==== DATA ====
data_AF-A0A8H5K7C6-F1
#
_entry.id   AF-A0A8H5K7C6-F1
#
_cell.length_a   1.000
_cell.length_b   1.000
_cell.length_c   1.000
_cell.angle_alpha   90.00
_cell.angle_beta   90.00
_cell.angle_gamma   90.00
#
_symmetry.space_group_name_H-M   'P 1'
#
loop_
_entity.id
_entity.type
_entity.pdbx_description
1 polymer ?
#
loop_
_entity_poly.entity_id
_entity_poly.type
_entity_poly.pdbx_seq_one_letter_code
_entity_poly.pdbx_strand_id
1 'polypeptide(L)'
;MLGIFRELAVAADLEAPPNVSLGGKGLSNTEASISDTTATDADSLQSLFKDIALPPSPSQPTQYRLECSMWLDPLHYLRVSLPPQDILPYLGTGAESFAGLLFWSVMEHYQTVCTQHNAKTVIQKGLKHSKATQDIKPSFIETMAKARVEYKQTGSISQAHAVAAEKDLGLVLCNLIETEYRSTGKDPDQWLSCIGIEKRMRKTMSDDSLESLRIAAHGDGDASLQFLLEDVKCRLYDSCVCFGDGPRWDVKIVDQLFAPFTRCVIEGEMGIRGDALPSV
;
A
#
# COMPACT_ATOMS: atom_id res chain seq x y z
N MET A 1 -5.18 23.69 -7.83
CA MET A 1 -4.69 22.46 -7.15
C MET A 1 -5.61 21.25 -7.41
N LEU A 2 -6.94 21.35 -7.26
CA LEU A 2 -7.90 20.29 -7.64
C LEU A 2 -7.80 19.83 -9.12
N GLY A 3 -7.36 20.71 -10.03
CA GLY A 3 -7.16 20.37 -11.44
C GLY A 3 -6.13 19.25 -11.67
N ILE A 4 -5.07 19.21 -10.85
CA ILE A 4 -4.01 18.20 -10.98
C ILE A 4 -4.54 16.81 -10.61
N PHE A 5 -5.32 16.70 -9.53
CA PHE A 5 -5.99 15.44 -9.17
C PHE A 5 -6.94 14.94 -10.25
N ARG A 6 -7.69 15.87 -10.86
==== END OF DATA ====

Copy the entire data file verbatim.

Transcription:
data_AF-A0A8H5K7C6-F1
#
_entry.id   AF-A0A8H5K7C6-F1
#
_cell.length_a   1.000
_cell.length_b   1.000
_cell.length_c   1.000
_cell.angle_alpha   90.00
_cell.angle_beta   90.00
_cell.angle_gamma   90.00
#
_symmetry.space_group_name_H-M   'P 1'
#
loop_
_entity.id
_entity.type
_entity.pdbx_description
1 polymer ?
#
loop_
_entity_poly.entity_id
_entity_poly.type
_entity_poly.pdbx_seq_one_letter_code
_entity_poly.pdbx_strand_id
1 'polypeptide(L)'
;MLGIFRELAVAADLEAPPNVSLGGKGLSNTEASISDTTATDADSLQSLFKDIALPPSPSQPTQYRLECSMWLDPLHYLRVSLPPQDILPYLGTGAESFAGLLFWSVMEHYQTVCTQHNAKTVIQKGLKHSKATQDIKPSFIETMAKARVEYKQTGSISQAHAVAAEKDLGLVLCNLIETEYRSTGKDPDQWLSCIGIEKRMRKTMSDDSLESLRIAAHGDGDASLQFLLEDVKCRLYDSCVCFGDGPRWDVKIVDQLFAPFTRCVIEGEMGIRGDALPSV
;
A
#
# COMPACT_ATOMS: atom_id res chain seq x y z
N MET A 1 -5.18 23.69 -7.83
CA MET A 1 -4.69 22.46 -7.15
C MET A 1 -5.61 21.25 -7.41
N LEU A 2 -6.94 21.35 -7.26
CA LEU A 2 -7.90 20.29 -7.64
C LEU A 2 -7.80 19.83 -9.12
N GLY A 3 -7.36 20.71 -10.03
CA GLY A 3 -7.16 20.37 -11.44
C GLY A 3 -6.13 19.25 -11.67
N ILE A 4 -5.07 19.21 -10.85
CA ILE A 4 -4.01 18.20 -10.98
C ILE A 4 -4.54 16.81 -10.61
N PHE A 5 -5.32 16.70 -9.53
CA PHE A 5 -5.99 15.44 -9.17
C PHE A 5 -6.94 14.94 -10.25
N ARG A 6 -7.69 15.87 -10.86